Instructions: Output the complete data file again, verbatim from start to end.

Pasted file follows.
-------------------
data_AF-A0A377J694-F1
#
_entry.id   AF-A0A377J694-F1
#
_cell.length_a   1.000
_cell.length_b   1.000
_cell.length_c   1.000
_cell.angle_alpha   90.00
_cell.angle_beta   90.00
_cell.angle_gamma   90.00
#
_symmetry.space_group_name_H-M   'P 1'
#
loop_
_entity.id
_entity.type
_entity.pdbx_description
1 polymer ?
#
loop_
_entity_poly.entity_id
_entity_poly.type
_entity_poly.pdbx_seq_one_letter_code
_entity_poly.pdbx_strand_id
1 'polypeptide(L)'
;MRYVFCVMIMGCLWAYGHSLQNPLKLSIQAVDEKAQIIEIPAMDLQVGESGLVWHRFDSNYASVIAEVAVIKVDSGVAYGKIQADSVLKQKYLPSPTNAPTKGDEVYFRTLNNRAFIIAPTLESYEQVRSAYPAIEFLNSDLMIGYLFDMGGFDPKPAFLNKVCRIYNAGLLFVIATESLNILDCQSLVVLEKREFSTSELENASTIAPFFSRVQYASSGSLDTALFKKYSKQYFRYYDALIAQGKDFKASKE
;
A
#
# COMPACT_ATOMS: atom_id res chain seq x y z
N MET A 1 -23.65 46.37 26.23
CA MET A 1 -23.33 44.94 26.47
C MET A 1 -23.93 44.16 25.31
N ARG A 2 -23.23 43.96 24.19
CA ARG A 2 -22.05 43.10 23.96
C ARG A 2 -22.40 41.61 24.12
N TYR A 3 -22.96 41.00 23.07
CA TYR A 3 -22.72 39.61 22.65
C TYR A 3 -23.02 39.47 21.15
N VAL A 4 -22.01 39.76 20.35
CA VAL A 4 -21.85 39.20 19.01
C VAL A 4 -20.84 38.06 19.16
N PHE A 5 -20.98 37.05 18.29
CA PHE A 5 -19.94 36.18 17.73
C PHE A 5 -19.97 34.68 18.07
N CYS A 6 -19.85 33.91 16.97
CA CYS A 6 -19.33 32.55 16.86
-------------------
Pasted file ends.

data_AF-A0A377J694-F1
#
_entry.id   AF-A0A377J694-F1
#
_cell.length_a   1.000
_cell.length_b   1.000
_cell.length_c   1.000
_cell.angle_alpha   90.00
_cell.angle_beta   90.00
_cell.angle_gamma   90.00
#
_symmetry.space_group_name_H-M   'P 1'
#
loop_
_entity.id
_entity.type
_entity.pdbx_description
1 polymer ?
#
loop_
_entity_poly.entity_id
_entity_poly.type
_entity_poly.pdbx_seq_one_letter_code
_entity_poly.pdbx_strand_id
1 'polypeptide(L)'
;MRYVFCVMIMGCLWAYGHSLQNPLKLSIQAVDEKAQIIEIPAMDLQVGESGLVWHRFDSNYASVIAEVAVIKVDSGVAYGKIQADSVLKQKYLPSPTNAPTKGDEVYFRTLNNRAFIIAPTLESYEQVRSAYPAIEFLNSDLMIGYLFDMGGFDPKPAFLNKVCRIYNAGLLFVIATESLNILDCQSLVVLEKREFSTSELENASTIAPFFSRVQYASSGSLDTALFKKYSKQYFRYYDALIAQGKDFKASKE
;
A
#
# COMPACT_ATOMS: atom_id res chain seq x y z
N MET A 1 -23.65 46.37 26.23
CA MET A 1 -23.33 44.94 26.47
C MET A 1 -23.93 44.16 25.31
N ARG A 2 -23.23 43.96 24.19
CA ARG A 2 -22.05 43.10 23.96
C ARG A 2 -22.40 41.61 24.12
N TYR A 3 -22.96 41.00 23.07
CA TYR A 3 -22.72 39.61 22.65
C TYR A 3 -23.02 39.47 21.15
N VAL A 4 -22.01 39.76 20.35
CA VAL A 4 -21.85 39.20 19.01
C VAL A 4 -20.84 38.06 19.16
N PHE A 5 -20.98 37.05 18.29
CA PHE A 5 -19.94 36.18 17.73
C PHE A 5 -19.97 34.68 18.07
N CYS A 6 -19.85 33.91 16.97
CA CYS A 6 -19.33 32.55 16.86